BTW, since the dead fat causing scar and calcifications is the cornerstone upon which I base my whole discussion above, there are surgeons who claim up to 100% fat graft "take," perhaps to sound like they are the "expert" in fat grafting, or perhaps to deflect the concerns about dead fat causing scar densities and microcalcifications. Most honest surgeons will tell you that no more than 50-60% or so of the grafted fat will survive; the survival percentage number gets higher the more the doctors think of themselves, or the more they want to "market" their "superiority" (just ask them!), or the more they want to avoid telling you that it takes more than one operation to yield any volume that survives long-term. No one really wants to explain to you that fat grafting for breast enlargement not only costs more, takes more time, and won't all survive, but that it also takes a second session! You can't simply inject hundreds of cc's of fat and expect it to all have adequate circulation and oxygenation. It takes tiny grafts surrounded by living tissue for the grafts to remain viable, and this takes lots of time, skill, placement expertise, and a lot of recipient tissue to support  all of the grafts. Oh wait, that's the reason we're grafting in the first place--the recipient areas (breasts) aren't very large; that's why the patient is asking for enlargement! So injecting larger volumes of fat looks good at first, right up until the dead fat cells start to be reabsorbed and carried away by your body. This takes time, and occurs slowly enough that the unscrupulous doctors usually have time to move on to other unsuspecting, hopeful, and perhaps gullible patients who feel that "natural" just HAS to be better than implants.

Ain't so.

And I will continue to preach this right up until the lawsuits for "missed" breast cancers or "delayed cancer diagnoses" leading to untimely deaths finally expose this practice for what it is--potentially deadly and dangerous for women with normal breasts who have been deceived into thinking that fat grafts are natural and better than implants. BTW, I know implants aren't "perfect" either. But over 50 years of use have made them the most studied and safest medical products in the marketplace, and in the human body! And to answer your question directly--IMPLANTS are the standard best practice. Enough said! Best wishes! Dr. Tholen

Richard H. Tholen, MD, FACS
Minneapolis Plastic Surgeon
4.9 out of 5 stars 239 reviews

Experience

Fat grafting to the breast is an evolving art and science.  You want to find a board certified plastic surgeon near where you live that has experience with fat grafting to the breast, demonstrates an interest in continuing education with it, and who is looking out for your best interest.  Fat grafting to the breast is effective for moderate increase in size and shape with permanent changes to the breast that can affect imaging of the breast. Depending on your age and breast cancer risk, some form of preoperative imaging should be done with follow up imaging after the procedure done and read by the same radiologist at 6 months. Fat graft take and amount grafted is variable and depends on the density of the breast tissue, vascularity of the breast and processing of the fat while purifying. Best results often take a staged procedure.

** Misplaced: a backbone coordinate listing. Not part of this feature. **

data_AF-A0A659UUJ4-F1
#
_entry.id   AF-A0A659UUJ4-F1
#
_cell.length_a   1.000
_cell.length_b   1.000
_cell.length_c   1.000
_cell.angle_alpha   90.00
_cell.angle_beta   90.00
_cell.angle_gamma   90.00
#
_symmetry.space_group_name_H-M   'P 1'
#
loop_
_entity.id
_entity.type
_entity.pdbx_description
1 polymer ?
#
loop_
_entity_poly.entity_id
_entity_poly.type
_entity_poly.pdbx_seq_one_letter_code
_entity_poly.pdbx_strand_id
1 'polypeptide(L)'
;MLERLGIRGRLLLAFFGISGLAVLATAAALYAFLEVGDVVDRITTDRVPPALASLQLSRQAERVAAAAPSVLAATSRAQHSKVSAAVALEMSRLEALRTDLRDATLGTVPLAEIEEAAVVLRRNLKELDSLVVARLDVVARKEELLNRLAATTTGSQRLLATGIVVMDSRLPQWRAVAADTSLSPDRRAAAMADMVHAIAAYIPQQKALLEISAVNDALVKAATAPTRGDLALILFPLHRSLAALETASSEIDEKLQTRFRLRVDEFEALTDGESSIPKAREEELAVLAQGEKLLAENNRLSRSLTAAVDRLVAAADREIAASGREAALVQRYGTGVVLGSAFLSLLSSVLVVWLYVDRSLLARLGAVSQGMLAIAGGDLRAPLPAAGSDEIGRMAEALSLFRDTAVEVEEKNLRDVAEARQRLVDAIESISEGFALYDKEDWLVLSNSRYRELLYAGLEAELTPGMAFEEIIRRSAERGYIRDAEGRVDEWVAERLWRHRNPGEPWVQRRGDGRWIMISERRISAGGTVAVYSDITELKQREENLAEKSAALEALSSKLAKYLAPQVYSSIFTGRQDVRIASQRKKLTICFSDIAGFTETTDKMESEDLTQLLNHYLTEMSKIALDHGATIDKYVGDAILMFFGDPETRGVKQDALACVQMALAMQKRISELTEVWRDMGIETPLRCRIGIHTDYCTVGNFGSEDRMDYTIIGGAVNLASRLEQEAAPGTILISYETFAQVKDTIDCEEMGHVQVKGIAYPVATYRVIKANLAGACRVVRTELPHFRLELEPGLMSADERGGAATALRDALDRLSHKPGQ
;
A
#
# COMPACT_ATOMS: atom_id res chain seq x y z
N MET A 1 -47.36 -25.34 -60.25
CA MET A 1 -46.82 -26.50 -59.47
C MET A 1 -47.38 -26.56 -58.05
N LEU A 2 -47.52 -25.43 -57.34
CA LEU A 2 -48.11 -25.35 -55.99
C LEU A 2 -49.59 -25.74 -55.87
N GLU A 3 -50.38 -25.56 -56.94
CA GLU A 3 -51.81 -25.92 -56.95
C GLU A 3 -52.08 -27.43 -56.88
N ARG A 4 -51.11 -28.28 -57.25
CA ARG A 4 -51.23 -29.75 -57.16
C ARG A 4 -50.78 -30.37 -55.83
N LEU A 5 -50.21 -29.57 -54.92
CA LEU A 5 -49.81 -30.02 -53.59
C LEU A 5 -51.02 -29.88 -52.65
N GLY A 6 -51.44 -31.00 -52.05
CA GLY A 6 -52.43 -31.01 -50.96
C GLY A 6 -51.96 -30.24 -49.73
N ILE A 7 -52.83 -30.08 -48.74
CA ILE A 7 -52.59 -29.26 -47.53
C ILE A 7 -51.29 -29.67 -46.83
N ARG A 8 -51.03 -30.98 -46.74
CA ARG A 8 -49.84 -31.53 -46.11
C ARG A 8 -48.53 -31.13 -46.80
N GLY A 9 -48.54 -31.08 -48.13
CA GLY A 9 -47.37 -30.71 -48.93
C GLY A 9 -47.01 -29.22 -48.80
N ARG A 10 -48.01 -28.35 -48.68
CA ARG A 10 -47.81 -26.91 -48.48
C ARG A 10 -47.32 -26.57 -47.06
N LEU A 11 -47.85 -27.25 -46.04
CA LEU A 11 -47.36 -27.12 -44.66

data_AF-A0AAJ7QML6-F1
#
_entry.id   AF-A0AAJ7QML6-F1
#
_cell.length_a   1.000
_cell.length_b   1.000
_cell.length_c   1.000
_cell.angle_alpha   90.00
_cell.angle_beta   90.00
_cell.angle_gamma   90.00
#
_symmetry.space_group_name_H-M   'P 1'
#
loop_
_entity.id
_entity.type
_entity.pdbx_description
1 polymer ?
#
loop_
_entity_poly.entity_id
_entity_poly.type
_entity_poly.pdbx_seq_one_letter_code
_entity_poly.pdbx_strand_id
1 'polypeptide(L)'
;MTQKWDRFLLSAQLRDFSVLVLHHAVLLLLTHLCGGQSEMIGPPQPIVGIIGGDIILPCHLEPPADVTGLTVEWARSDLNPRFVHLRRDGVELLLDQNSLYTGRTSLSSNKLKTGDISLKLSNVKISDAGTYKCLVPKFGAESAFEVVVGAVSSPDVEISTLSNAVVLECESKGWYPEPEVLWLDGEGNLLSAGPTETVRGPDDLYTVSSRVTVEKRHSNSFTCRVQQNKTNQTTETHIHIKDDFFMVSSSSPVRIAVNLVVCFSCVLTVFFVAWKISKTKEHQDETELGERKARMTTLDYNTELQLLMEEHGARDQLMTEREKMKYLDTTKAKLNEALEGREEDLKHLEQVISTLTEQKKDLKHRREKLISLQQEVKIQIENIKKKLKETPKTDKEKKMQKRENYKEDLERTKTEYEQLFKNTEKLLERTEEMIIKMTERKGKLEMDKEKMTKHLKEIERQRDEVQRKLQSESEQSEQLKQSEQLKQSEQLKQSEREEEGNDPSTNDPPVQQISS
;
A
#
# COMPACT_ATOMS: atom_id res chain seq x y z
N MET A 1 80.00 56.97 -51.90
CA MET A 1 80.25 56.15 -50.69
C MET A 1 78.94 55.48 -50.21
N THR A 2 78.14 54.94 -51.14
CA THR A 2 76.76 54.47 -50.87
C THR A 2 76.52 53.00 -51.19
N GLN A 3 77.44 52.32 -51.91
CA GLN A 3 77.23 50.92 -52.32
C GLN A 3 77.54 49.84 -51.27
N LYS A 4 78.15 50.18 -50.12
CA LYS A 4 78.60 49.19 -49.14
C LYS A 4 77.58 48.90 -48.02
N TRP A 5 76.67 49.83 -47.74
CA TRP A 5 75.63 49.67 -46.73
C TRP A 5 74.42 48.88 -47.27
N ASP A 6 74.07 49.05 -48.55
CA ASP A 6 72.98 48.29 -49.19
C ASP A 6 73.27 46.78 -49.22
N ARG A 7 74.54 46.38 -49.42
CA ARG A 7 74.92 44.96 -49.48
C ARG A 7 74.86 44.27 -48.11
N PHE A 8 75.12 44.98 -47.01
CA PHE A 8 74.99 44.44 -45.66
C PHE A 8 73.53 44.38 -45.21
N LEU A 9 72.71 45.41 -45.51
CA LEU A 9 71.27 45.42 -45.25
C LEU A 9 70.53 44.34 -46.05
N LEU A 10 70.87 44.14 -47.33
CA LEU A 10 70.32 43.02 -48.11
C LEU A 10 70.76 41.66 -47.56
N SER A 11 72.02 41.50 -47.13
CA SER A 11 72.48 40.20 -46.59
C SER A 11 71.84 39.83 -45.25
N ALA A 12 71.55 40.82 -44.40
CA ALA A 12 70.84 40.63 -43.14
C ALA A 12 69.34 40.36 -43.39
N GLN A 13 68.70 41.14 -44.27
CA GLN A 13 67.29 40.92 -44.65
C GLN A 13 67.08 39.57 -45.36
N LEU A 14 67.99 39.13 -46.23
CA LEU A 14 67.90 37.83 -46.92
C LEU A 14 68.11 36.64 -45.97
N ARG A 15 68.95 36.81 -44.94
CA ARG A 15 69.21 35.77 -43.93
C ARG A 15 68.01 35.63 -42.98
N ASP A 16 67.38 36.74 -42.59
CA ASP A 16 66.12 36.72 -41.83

How do I find a PS that has good reliable results for a fat transfer to breasts?

Hello!  Thank you for the question!   Consult with one, maybe several plastic surgeons, to find one that you are most comfortable to have for your care.  Discuss your goals and desires and decide for yourself which one you agree with the most.  Seek a board-certified plastic surgeon well-versed in the procedure that you are wishing for.  Prior, research his/her education, training, photo gallery...and consider asking others who they are happy with.  

In regards to fat grafting itself, typical published data ranges from 50-100%, with a reasonable and acceptable rate of 60-70%.  An examination would be required to determine some of your questions.  Hope that this helps!  

Lewis Albert Andres, MD
Scottsdale Plastic Surgeon
5.0 out of 5 stars 24 reviews

Fat grafting results do vary

by surgeon but most should easily exceed 60% survival and you should see appreciable results from your one session.  I would want to know your motivations for fat grafting, the problems you are trying to resolve, and what donor sites you have.  Technique does matter in the outcome.

Curtis Wong, MD
Redding Plastic Surgeon
4.8 out of 5 stars 32 reviews

Fat transfer

Thank you for the question.


To best help you, a physical examination or picture evaluation is required in order to determine which procedure and technique would be best for you.


Dr. Campos

Jaime Campos Leon, MD
Mexico Plastic Surgeon
4.4 out of 5 stars 243 reviews

These answers are for educational purposes and should not be relied upon as a substitute for medical advice you may receive from your physician. If you have a medical emergency, please call 911. These answers do not constitute or initiate a patient/doctor relationship.